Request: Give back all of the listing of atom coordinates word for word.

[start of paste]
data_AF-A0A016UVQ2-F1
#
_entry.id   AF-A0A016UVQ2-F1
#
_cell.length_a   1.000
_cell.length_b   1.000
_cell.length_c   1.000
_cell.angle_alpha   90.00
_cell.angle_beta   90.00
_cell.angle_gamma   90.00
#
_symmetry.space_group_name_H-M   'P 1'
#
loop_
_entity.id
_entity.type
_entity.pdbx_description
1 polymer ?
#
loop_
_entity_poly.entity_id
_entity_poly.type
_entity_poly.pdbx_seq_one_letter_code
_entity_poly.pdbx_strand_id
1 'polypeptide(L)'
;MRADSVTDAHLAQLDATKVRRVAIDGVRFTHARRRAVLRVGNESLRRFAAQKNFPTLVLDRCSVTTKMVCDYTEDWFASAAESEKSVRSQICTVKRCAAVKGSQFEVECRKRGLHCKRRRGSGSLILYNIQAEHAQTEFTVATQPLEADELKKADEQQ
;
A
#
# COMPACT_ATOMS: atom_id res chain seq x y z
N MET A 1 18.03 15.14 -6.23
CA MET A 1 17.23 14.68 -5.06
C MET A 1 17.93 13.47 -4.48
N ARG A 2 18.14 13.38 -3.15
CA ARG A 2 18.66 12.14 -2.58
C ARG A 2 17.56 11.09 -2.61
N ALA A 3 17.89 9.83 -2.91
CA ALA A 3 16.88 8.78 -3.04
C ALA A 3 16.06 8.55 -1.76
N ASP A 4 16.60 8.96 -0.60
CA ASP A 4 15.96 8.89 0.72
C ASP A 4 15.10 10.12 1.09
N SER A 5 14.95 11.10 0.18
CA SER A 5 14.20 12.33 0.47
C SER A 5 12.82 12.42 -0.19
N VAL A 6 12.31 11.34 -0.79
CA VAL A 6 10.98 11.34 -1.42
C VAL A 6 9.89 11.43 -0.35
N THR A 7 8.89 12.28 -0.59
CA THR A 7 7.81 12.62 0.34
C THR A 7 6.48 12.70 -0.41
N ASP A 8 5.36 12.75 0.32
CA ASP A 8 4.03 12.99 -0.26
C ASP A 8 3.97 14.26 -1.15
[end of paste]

data_AF-A0A016UVQ2-F1
#
_entry.id   AF-A0A016UVQ2-F1
#
_cell.length_a   1.000
_cell.length_b   1.000
_cell.length_c   1.000
_cell.angle_alpha   90.00
_cell.angle_beta   90.00
_cell.angle_gamma   90.00
#
_symmetry.space_group_name_H-M   'P 1'
#
loop_
_entity.id
_entity.type
_entity.pdbx_description
1 polymer ?
#
loop_
_entity_poly.entity_id
_entity_poly.type
_entity_poly.pdbx_seq_one_letter_code
_entity_poly.pdbx_strand_id
1 'polypeptide(L)'
;MRADSVTDAHLAQLDATKVRRVAIDGVRFTHARRRAVLRVGNESLRRFAAQKNFPTLVLDRCSVTTKMVCDYTEDWFASAAESEKSVRSQICTVKRCAAVKGSQFEVECRKRGLHCKRRRGSGSLILYNIQAEHAQTEFTVATQPLEADELKKADEQQ
;
A
#
# COMPACT_ATOMS: atom_id res chain seq x y z
N MET A 1 18.03 15.14 -6.23
CA MET A 1 17.23 14.68 -5.06
C MET A 1 17.93 13.47 -4.48
N ARG A 2 18.14 13.38 -3.15
CA ARG A 2 18.66 12.14 -2.58
C ARG A 2 17.56 11.09 -2.61
N ALA A 3 17.89 9.83 -2.91
CA ALA A 3 16.88 8.78 -3.04
C ALA A 3 16.06 8.55 -1.76
N ASP A 4 16.60 8.96 -0.60
CA ASP A 4 15.96 8.89 0.72
C ASP A 4 15.10 10.12 1.09
N SER A 5 14.95 11.10 0.18
CA SER A 5 14.20 12.33 0.47
C SER A 5 12.82 12.42 -0.19
N VAL A 6 12.31 11.34 -0.79
CA VAL A 6 10.98 11.34 -1.42
C VAL A 6 9.89 11.43 -0.35
N THR A 7 8.89 12.28 -0.59
CA THR A 7 7.81 12.62 0.34
C THR A 7 6.48 12.70 -0.41
N ASP A 8 5.36 12.75 0.32
CA ASP A 8 4.03 12.99 -0.26
C ASP A 8 3.97 14.26 -1.15